First Drive – BMW 3 Series Face-Lift (F30 LCI):

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BMW’s venerable 3 Series sports sedan turns 40 years old this year, and now, more than ever before, it needs to be the best it can be.  Never before in its 40 year reign in the segment has the 3 Series’ crown been under threat as much as it is now.  With that in mind, the midlife refresh of the 6th-gen 3 Series (F30 LCI) has a lot riding on it being a success.

It’s for this reason that BMW has kept the styling changes to a minimum.  Slight tweaks to the exterior include broader air intakes on the front end, along with slightly redesigned headlight clusters that feature ‘eyebrow’ indicators, and revised Corona-ring daytime running lights – which although only tweaked slightly, make for a striking image on the road.  The rear lights are now full-LED units, with slight changes to their shape.  Other than that, the only design changes to the exterior come on the 320i, which now features twin tailpipes to match that of the 330i, itself replacing the 328i.

Inside, the changes are a touch more obvious.  The overall design is a familiar one, but BMW has enhanced the overall feel of class by adding gloss black plastics in the centre of the dash, control console, and on the door panels.  The front cup holder now benefits from a new sliding cover and an additional storage binnacle – revolutionary stuff.  The rest of the tweaks are beneath the surface, including enhanced usability on the infotainment module, with free map updates available from the dealership to vehicles equipped with navigation.

But whilst the styling has remained much the same – if it’s broken, why fix it – beneath the skin BMW has taken care to make sure the 3 Series isn’t outgunned by the likes of the new C Class, Jaguar XE, and forthcoming Audi A4.  The suspension has been revised rather heavily, with revised dampers and stiffer suspension to ensure better road holding and higher levels of comfort.  Revised steering has been developed to be more precise, along with the option of Servotronic – BMW’s variable ratio electronic steering system (more on that later).

The biggest sub-surface change though, is the engine line-up.  It’s almost all new (and all EU6-compliant), with only the 330d retaining the engine of its forebear.  4 petrols and 2 diesels make up the full line-up at present, with a 330e plug-in hybrid due to arrive next year.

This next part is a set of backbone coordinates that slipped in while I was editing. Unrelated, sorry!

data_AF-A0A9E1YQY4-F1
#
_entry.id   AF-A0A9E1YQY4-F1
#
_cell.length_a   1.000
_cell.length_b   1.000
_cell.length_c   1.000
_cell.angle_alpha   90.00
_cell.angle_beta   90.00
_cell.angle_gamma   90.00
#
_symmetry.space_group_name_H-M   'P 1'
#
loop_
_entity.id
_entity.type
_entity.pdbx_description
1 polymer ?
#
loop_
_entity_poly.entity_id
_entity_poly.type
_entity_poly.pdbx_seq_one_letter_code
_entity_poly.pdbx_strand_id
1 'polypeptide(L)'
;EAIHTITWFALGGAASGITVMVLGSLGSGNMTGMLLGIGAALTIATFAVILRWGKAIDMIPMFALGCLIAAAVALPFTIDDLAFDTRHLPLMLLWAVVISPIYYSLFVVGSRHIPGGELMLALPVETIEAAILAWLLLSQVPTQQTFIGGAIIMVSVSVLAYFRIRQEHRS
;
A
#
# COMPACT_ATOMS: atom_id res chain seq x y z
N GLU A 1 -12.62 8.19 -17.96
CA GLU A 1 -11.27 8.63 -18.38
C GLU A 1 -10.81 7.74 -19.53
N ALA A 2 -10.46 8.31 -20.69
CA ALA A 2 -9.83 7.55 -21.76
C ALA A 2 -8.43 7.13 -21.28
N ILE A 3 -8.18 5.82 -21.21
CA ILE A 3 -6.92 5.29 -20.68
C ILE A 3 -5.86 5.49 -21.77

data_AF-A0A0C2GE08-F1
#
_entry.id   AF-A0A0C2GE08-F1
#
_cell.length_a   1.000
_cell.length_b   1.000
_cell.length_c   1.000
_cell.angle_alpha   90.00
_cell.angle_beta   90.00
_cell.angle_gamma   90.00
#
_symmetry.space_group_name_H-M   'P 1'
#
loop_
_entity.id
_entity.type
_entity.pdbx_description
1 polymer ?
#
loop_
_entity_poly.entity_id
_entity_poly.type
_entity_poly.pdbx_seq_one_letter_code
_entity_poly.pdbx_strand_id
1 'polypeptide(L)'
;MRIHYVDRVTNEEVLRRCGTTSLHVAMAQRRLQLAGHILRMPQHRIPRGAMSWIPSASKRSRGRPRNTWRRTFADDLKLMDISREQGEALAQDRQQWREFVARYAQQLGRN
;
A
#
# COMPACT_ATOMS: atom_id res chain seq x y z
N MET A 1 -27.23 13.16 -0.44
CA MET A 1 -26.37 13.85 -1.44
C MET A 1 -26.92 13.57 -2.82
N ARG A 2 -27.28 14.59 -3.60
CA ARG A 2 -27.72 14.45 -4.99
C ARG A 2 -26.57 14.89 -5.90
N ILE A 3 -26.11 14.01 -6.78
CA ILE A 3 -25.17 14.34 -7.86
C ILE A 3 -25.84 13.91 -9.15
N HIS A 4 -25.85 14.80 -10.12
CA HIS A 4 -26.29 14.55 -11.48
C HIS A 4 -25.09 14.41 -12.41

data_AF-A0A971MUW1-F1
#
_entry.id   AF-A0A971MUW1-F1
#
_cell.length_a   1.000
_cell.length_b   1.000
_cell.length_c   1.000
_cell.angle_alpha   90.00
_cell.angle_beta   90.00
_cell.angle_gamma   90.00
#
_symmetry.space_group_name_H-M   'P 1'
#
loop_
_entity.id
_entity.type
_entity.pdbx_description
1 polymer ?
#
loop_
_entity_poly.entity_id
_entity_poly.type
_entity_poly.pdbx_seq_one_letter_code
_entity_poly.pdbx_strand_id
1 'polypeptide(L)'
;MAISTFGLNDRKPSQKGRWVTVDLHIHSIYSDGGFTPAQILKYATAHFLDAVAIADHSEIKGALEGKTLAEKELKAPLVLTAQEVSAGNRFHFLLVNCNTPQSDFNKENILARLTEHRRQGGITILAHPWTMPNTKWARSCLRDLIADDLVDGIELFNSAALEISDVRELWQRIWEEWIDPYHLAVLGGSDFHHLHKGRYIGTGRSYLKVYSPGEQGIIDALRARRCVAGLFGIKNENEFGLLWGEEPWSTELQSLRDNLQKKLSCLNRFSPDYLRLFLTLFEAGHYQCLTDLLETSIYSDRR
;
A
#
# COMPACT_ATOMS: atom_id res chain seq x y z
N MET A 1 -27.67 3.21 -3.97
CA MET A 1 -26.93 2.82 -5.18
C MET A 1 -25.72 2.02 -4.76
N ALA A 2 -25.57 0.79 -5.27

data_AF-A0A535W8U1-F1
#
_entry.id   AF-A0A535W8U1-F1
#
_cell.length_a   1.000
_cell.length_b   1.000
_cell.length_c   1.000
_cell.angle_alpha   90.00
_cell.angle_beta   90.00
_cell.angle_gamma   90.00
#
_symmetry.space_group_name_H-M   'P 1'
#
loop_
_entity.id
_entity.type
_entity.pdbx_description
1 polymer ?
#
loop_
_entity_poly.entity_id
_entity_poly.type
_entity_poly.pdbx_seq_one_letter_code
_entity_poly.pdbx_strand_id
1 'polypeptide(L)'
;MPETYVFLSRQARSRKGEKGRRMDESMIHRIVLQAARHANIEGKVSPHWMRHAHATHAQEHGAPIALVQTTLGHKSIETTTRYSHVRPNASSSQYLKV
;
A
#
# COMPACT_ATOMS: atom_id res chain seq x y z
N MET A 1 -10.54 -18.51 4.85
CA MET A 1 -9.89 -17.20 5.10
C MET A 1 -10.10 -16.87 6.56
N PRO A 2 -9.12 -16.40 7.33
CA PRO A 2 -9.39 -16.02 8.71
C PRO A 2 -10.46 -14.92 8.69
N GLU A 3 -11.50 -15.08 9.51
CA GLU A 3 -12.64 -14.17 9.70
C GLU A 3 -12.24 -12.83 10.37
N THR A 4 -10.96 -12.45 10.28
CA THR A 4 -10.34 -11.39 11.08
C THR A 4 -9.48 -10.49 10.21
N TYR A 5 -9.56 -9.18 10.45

At the lower end of the petrol segment, BMW has swapped out the 316i with a 318i as an entry level model, equipping it with a 100kW and 220Nm 1.5-litre 3-cylinder turbo engine.  Slotting in above that is the ever-present 320i, equipped with a new modular 2.0-litre turbo 4-cylinder outputting 135kW and 290Nm.  The 328i is replaced with the revival of the 330i nomenclature, and features an upgrade of the 320i’s engine developing 185kW and 350Nm.  Topping the range of petrol-powered models is the new 340i – replacing the 335i – with outputs of 240kW and 450Nm and capable of performing the 0-100km/h sprint in 5.1 seconds with the 8-speed Sports Automatic Steptronic transmission.

The diesel line-up is comprised of an entry level 320d, powered by a 4-cylinder turbo-diesel 2-litre generating 140kW and 400Nm – capable of a 7.2s 0-100km/h sprint, as well as the carried-over 330d with outputs of 190kW and 560Nm.

All engines options are available with either a 6-speed manual or 8-speed ZF automatic transmissions – the former of which now features active rev matching on down shifts.

Of course this all means sweet nothing if the 3 Series hasn’t improved on the road.  So, has it?

First up, I sampled the new 340i.  The new modular 6-cylinder petrol mill, whilst only slightly improved as far as the figures suggest, is all new, both in engineering and in the way it drives.  It’s aurally pleasing – both from within the cabin (where the soundtrack is piped in) and without where spectators are guaranteed a low growl and the buttery tune of the inline 6.  With peak torque available from 1380rpm, low end grunt is abundant, with a strong pull through the range and a decent tendency to chase the redline with only a slight plateau when peak power occurs between 5500 and 6500rpm.  It’s buttery smooth, this 6 banger, and lives up to BMW’s heritage of building great inline 6s.